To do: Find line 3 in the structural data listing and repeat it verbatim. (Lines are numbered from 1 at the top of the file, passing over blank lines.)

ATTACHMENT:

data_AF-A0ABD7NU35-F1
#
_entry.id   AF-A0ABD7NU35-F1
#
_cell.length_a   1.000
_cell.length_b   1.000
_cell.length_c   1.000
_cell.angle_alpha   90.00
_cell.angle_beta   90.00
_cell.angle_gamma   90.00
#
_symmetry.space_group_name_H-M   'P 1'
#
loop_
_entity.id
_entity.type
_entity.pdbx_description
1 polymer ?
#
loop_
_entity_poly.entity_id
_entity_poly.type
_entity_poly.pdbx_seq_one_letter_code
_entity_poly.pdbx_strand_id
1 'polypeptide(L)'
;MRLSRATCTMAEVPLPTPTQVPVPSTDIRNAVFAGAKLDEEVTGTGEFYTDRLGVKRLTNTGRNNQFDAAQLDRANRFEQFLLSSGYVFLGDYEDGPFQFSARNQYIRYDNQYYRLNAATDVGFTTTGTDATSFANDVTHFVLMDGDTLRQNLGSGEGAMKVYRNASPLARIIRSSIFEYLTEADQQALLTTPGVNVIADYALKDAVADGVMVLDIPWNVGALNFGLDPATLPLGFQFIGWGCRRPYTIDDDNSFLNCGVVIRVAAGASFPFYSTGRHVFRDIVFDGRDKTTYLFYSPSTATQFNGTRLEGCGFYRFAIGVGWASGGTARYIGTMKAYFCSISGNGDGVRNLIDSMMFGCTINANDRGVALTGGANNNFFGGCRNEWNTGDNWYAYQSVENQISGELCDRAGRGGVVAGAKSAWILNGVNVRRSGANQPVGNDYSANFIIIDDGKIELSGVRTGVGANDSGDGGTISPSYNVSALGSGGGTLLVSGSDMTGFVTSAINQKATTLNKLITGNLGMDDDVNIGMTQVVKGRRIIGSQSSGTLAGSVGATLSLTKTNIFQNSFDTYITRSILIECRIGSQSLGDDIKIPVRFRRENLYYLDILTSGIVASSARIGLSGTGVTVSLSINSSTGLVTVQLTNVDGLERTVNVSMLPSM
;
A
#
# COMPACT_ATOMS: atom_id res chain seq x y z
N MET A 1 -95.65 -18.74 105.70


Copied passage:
_entry.id   AF-A0ABD7NU35-F1